A Cognitive Perspective on the Safety Communication Factors That Affect Worker Behavior


Communication is vital for construction safety, but how it influences unsafe behavior in the work-place remains unclear. This study aims to explore the relationships between communication, cognitive failure, and unsafe behaviors in order to clarify those mechanics. We defined communication as management input, worker cognitive failure as process, and actual behaviors as management output. We collected data from three Chinese steel construction crews and utilized experience/behavior sampling and questionnaire surveys to collect project information. Bivariate statistical analyses were conducted to explain how communication affected unsafe behavior. The results showed that, rather than communication frequency, management communication style was significantly related to worker cognitive failure; specifically, communication style was related to perception of convenience and self-capacity, which could be upstream factors explaining unsafe behavior at the construction jobsite. This research provided statistical evidence supporting the hypothesized association among safety communication, cognitive failure, and behavior, bridging the missing gaps of previous research. Nonetheless, readers should interpret the results cautiously because of the limitations listed as follows. First, sample size is relatively small. In addition, crew turnover may mediate the relationship between communication and safe behaviors therefore, the impact of communication on cognitive failure can be blurred and a longitudinal study on specific crews working on the same job site could be used to evaluate it. Third, future research should focus on communication style, as it directly relates to the human cognitions that affect unsafe behavior at construction sites.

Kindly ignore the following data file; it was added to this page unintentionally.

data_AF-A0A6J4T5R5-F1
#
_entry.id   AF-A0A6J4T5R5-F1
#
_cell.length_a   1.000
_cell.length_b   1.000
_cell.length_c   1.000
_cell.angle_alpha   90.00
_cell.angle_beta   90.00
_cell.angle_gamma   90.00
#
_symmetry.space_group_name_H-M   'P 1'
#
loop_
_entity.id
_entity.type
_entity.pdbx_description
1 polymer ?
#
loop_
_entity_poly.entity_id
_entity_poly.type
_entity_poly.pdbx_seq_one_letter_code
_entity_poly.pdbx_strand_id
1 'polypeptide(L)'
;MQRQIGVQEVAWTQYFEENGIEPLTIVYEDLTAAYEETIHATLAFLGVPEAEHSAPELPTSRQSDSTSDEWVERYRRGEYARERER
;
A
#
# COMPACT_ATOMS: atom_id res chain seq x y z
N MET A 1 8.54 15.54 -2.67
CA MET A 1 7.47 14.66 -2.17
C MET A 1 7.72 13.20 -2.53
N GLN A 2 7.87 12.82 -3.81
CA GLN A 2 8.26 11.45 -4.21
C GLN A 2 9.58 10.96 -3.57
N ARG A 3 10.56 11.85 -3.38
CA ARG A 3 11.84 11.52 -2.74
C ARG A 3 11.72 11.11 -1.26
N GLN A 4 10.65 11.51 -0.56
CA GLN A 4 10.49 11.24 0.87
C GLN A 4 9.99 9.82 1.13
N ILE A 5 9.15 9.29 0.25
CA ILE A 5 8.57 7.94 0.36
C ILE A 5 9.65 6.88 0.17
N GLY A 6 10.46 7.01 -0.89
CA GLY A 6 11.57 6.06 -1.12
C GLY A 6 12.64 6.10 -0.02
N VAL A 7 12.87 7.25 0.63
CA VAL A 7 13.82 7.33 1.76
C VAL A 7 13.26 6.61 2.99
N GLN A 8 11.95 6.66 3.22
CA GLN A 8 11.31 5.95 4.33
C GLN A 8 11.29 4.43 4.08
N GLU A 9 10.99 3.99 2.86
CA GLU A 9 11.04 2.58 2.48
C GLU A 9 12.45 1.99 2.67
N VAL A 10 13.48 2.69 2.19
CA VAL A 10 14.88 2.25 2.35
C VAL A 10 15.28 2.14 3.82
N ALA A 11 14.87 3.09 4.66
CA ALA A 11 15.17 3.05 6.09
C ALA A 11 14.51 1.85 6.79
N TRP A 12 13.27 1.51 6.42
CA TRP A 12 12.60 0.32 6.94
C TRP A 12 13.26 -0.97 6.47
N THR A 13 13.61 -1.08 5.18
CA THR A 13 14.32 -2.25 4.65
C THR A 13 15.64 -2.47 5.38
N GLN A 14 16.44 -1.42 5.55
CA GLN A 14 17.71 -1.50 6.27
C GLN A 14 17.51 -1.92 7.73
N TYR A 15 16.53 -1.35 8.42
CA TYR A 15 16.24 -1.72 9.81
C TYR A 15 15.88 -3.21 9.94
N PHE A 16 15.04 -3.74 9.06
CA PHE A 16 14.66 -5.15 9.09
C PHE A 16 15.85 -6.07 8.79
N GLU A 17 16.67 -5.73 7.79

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Liao, P. , Jiang, L. , Liu, B. , Chen, C. , Fang, D. , Rao, P. and Zhang, M. (2014) A Cognitive Perspective on the Safety Communication Factors That Affect Worker Behavior. Journal of Building Construction and Planning Research, 2, 183-197. doi: 10.4236/jbcpr.2014.23017.

Conflicts of Interest

The authors declare no conflicts of interest.


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